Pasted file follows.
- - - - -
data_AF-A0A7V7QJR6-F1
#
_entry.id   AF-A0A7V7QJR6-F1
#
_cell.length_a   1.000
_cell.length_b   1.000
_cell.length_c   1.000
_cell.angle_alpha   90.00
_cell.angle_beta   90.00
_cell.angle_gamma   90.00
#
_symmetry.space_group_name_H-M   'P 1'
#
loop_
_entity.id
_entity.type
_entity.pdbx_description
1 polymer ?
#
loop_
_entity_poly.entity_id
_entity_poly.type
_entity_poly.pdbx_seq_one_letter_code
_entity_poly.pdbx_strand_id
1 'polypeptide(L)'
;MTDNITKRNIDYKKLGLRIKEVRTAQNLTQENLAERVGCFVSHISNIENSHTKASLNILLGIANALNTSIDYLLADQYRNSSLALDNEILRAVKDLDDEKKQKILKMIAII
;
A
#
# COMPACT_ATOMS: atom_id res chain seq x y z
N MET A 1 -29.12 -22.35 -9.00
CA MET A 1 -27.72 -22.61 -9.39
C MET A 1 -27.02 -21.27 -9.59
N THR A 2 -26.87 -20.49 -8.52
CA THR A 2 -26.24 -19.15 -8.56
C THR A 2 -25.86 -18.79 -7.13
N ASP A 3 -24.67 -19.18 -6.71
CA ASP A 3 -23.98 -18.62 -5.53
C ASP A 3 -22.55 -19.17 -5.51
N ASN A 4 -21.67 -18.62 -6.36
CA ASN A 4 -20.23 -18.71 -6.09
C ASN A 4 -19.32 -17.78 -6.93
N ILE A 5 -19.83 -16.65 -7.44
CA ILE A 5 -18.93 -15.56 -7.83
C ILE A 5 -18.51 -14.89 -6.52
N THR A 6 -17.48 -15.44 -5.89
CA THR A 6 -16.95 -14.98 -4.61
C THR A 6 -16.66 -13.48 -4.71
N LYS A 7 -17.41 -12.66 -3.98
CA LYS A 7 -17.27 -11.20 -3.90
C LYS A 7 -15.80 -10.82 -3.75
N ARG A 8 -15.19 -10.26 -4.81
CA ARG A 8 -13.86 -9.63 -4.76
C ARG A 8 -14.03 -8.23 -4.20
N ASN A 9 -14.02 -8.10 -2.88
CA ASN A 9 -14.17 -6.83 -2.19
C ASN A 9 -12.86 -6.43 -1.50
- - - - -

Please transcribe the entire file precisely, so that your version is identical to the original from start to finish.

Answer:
data_AF-A0A7V7QJR6-F1
#
_entry.id   AF-A0A7V7QJR6-F1
#
_cell.length_a   1.000
_cell.length_b   1.000
_cell.length_c   1.000
_cell.angle_alpha   90.00
_cell.angle_beta   90.00
_cell.angle_gamma   90.00
#
_symmetry.space_group_name_H-M   'P 1'
#
loop_
_entity.id
_entity.type
_entity.pdbx_description
1 polymer ?
#
loop_
_entity_poly.entity_id
_entity_poly.type
_entity_poly.pdbx_seq_one_letter_code
_entity_poly.pdbx_strand_id
1 'polypeptide(L)'
;MTDNITKRNIDYKKLGLRIKEVRTAQNLTQENLAERVGCFVSHISNIENSHTKASLNILLGIANALNTSIDYLLADQYRNSSLALDNEILRAVKDLDDEKKQKILKMIAII
;
A
#
# COMPACT_ATOMS: atom_id res chain seq x y z
N MET A 1 -29.12 -22.35 -9.00
CA MET A 1 -27.72 -22.61 -9.39
C MET A 1 -27.02 -21.27 -9.59
N THR A 2 -26.87 -20.49 -8.52
CA THR A 2 -26.24 -19.15 -8.56
C THR A 2 -25.86 -18.79 -7.13
N ASP A 3 -24.67 -19.18 -6.71
CA ASP A 3 -23.98 -18.62 -5.53
C ASP A 3 -22.55 -19.17 -5.51
N ASN A 4 -21.67 -18.62 -6.36
CA ASN A 4 -20.23 -18.71 -6.09
C ASN A 4 -19.32 -17.78 -6.93
N ILE A 5 -19.83 -16.65 -7.44
CA ILE A 5 -18.93 -15.56 -7.83
C ILE A 5 -18.51 -14.89 -6.52
N THR A 6 -17.48 -15.44 -5.89
CA THR A 6 -16.95 -14.98 -4.61
C THR A 6 -16.66 -13.48 -4.71
N LYS A 7 -17.41 -12.66 -3.98
CA LYS A 7 -17.27 -11.20 -3.90
C LYS A 7 -15.80 -10.82 -3.75
N ARG A 8 -15.19 -10.26 -4.81
CA ARG A 8 -13.86 -9.63 -4.76
C ARG A 8 -14.03 -8.23 -4.20
N ASN A 9 -14.02 -8.10 -2.88
CA ASN A 9 -14.17 -6.83 -2.19
C ASN A 9 -12.86 -6.43 -1.50